The L Word

When I was growing up in the United Kingdom in ghe ‘60s and early ‘70s, the “L” word was extremely fashionable, particularly amongst the young. Most of us liked to think of ourselves as “liberals” in terms of our attitudes towards immigration, towards ethnic minorities, towards gender equality and, most of all, in our attitudes concerning sex. My father was a Liberal with a capital “L”. He regularly voted for the British Liberal Party in those halcyon days when the Party was led by such sterling gentlemen as Joe Grimond. Of course, that was before the Liberals merged with the SDP and before they appointed, as leader, the unspeakable (and probably unelectable) Nick Clegg.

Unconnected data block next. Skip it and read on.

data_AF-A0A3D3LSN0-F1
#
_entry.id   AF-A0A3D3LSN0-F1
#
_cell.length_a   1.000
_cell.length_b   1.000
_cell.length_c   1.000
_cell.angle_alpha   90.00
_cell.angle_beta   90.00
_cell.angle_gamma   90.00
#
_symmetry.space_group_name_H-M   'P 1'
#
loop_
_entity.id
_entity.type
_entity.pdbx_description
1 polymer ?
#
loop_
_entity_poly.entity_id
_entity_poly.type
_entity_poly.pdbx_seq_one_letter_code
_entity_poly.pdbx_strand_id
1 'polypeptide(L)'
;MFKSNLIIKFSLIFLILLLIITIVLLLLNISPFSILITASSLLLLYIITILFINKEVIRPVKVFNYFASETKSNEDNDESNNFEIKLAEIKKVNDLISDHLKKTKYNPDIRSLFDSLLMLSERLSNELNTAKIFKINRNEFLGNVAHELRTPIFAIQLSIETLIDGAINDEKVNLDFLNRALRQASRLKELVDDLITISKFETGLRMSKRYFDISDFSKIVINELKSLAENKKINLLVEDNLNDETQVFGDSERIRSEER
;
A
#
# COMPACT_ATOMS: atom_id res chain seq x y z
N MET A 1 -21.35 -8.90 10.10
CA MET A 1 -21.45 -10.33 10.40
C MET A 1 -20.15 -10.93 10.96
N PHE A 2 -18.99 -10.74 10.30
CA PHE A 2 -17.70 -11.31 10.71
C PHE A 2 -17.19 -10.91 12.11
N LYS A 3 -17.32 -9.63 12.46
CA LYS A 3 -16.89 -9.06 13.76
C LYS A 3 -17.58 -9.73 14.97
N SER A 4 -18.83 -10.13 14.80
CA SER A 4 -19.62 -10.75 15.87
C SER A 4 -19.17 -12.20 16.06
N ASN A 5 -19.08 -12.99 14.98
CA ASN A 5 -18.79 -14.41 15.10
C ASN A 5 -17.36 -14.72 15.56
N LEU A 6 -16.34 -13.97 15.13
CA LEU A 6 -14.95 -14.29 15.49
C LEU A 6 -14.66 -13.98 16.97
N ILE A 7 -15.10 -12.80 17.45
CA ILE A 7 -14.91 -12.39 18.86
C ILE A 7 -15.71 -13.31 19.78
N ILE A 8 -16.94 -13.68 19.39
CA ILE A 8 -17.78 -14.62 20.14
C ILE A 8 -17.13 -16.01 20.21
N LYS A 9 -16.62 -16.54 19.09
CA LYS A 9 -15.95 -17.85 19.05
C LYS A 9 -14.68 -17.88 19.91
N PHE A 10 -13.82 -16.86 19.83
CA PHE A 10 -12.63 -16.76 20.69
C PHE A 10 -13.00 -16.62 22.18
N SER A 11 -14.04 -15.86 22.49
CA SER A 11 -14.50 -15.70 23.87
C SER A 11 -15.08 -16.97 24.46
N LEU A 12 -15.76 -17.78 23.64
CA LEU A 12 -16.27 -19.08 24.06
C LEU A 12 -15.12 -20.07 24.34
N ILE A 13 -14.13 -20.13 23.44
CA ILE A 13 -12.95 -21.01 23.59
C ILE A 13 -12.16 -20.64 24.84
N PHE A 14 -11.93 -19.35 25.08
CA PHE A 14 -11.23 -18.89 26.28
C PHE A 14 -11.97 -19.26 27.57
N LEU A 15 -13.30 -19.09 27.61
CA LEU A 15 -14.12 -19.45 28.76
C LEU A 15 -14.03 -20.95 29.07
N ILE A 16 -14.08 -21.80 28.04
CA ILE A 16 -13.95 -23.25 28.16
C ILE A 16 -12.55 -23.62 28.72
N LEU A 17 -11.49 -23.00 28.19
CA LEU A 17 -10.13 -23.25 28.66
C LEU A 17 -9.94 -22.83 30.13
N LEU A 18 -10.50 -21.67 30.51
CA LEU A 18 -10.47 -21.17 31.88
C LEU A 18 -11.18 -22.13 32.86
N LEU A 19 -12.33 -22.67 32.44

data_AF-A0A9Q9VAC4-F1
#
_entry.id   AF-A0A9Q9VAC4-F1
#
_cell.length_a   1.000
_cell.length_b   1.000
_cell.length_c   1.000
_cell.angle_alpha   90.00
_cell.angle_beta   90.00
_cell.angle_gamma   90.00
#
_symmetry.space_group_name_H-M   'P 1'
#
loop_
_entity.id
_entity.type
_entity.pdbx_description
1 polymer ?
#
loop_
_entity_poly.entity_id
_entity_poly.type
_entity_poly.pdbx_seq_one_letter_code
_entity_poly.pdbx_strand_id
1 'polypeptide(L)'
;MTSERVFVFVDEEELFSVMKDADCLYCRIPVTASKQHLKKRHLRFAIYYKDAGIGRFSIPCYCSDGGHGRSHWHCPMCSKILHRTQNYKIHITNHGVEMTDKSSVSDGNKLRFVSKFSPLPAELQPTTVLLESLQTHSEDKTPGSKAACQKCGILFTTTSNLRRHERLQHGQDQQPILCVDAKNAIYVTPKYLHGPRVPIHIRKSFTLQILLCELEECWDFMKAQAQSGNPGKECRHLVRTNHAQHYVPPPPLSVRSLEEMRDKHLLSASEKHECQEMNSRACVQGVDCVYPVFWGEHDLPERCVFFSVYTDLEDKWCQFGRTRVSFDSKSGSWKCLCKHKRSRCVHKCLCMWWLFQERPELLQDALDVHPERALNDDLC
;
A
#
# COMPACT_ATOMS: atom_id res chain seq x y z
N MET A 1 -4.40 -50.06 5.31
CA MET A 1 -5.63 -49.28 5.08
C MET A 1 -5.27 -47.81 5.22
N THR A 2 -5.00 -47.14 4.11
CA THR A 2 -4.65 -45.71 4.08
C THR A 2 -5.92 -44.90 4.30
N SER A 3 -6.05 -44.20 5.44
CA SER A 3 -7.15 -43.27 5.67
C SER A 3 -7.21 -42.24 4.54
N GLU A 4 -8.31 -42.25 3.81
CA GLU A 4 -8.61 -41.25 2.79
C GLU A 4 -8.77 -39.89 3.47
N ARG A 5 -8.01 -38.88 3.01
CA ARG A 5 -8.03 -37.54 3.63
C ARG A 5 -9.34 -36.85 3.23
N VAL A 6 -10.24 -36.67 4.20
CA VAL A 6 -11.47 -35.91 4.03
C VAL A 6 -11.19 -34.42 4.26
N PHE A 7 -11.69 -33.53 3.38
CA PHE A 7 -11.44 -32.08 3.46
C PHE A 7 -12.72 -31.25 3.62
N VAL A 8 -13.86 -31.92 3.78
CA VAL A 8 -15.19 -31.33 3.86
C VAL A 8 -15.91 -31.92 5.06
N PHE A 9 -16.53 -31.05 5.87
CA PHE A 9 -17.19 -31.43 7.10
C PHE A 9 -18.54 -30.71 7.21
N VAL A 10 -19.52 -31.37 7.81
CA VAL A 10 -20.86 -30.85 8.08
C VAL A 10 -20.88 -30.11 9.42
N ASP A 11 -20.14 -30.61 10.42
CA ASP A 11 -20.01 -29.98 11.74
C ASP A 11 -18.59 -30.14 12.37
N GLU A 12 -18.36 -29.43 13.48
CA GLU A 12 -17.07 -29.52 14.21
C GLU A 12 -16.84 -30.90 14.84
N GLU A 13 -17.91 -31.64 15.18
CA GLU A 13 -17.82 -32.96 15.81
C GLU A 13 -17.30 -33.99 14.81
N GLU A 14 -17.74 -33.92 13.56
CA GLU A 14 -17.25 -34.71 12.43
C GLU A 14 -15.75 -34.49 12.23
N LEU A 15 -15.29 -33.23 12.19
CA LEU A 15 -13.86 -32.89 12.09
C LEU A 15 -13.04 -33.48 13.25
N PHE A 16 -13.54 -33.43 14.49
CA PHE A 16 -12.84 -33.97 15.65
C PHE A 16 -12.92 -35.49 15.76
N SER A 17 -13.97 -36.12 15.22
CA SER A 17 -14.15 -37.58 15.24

Here in Hungary the “L” word has different, less positive connotations, particularly in circles close to our Prime Minister, Viktor Orbán, and his associates. In a speech he delivered in western Romania, at Tusnádfürdő, in late July, Orbán declared that he is building “an illiberal state, a non-liberal state” in Hungary. He held up Turkey, China, Russia, Singapore and (inexplicably) India as possible illiberal role-models for Hungary.

Perhaps I'm an incorrigible liberal, incapable of adapting to new times and to new ways of thinking and behaving. But, for me, liberal values of freedom and human dignity, of respect for a free media and for open intellectual debate lie at the very heart of all true democracies.


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Twilight of Liberal Democracy

Sunday 22 January 2017
From: Social Europe The Fourth Estate and The Twilight of Liberal Democracy, Part One by Stephen Pogány on 18 January 2017 78 Shares Share Tweet Share …...